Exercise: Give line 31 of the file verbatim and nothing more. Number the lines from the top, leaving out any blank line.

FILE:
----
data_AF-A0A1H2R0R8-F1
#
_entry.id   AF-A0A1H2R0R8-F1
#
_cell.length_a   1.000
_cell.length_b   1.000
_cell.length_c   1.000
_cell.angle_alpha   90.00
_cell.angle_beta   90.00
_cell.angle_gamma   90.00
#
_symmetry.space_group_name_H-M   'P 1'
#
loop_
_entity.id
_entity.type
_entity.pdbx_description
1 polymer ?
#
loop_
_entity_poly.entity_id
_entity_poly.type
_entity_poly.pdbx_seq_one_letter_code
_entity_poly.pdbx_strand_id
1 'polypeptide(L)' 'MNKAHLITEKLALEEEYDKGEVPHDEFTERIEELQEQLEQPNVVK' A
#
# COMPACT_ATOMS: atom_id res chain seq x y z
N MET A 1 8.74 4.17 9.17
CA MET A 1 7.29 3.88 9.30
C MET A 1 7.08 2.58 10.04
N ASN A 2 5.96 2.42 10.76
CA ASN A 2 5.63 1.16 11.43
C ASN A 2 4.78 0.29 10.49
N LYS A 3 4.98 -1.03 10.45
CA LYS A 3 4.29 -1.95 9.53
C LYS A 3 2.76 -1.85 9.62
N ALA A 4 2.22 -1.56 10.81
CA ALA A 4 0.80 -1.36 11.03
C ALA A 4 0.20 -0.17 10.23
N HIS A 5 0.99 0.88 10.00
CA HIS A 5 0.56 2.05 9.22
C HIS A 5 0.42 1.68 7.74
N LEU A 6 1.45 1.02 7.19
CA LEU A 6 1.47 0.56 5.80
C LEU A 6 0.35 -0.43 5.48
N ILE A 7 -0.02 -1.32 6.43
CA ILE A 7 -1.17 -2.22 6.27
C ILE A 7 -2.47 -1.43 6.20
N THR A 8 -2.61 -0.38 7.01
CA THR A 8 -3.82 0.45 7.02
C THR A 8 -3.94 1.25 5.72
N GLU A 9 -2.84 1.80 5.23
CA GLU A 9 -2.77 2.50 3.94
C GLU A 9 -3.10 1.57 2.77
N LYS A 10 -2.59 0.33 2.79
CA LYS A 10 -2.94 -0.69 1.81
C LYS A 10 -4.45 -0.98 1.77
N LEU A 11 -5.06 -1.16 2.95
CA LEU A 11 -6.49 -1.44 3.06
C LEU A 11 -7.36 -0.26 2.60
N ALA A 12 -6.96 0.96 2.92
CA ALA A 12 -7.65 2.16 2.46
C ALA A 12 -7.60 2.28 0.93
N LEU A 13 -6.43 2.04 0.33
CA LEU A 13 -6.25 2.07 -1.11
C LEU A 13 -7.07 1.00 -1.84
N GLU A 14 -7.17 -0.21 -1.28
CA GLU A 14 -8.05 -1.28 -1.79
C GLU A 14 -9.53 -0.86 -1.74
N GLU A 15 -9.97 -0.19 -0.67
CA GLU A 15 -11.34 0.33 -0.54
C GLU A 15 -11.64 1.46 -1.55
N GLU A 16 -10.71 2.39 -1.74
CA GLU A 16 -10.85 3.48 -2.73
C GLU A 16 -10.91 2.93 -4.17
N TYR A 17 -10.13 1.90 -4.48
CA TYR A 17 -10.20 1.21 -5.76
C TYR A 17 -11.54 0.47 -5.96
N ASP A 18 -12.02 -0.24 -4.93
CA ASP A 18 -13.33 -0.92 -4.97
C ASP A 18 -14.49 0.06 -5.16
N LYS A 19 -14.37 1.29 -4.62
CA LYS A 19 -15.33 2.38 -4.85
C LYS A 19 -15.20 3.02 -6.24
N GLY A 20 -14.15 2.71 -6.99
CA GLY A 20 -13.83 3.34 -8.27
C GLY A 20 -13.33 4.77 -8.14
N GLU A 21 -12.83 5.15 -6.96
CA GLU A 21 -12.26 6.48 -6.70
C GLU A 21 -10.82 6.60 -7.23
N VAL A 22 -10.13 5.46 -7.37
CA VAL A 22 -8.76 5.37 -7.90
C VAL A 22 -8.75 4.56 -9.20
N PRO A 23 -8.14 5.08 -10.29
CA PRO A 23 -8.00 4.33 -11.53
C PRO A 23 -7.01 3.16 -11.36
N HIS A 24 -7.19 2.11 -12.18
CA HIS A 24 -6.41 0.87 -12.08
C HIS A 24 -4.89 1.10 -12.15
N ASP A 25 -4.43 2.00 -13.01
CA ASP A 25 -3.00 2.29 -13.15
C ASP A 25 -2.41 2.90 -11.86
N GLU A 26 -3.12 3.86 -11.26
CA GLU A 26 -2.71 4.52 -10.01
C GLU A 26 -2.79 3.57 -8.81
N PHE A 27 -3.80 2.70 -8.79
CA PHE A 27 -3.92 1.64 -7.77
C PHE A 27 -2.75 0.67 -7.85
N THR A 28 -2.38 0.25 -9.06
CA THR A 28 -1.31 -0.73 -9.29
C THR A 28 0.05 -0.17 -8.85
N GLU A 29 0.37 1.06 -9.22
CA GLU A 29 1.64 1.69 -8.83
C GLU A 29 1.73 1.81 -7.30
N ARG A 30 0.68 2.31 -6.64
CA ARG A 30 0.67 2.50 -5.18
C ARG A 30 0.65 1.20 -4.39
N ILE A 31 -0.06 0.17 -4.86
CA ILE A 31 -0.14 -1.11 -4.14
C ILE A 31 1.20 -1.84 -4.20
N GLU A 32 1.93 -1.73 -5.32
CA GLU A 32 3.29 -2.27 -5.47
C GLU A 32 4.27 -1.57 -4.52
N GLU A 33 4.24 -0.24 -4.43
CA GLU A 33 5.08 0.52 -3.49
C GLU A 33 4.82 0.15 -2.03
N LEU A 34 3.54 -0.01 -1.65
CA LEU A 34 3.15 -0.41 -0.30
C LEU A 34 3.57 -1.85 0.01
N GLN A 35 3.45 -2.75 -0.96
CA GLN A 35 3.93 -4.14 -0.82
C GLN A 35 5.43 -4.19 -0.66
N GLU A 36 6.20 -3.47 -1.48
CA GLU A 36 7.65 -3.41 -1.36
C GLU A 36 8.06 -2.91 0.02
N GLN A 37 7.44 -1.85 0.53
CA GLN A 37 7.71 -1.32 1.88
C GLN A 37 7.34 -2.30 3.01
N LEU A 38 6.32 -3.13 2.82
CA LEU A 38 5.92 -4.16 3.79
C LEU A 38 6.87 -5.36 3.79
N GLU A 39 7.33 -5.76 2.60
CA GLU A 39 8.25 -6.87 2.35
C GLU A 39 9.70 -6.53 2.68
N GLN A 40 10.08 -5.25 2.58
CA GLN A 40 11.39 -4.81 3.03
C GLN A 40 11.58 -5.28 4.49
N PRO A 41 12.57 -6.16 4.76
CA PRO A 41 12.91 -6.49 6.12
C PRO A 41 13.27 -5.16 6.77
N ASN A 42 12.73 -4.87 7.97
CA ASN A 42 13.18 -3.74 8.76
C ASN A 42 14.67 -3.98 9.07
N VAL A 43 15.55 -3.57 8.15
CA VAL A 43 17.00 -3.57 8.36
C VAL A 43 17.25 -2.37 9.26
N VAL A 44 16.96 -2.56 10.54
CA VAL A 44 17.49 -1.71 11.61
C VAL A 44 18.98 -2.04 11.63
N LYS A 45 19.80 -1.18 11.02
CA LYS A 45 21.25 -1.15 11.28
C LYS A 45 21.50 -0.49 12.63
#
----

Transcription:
N ASN A 2 5.96 2.42 10.76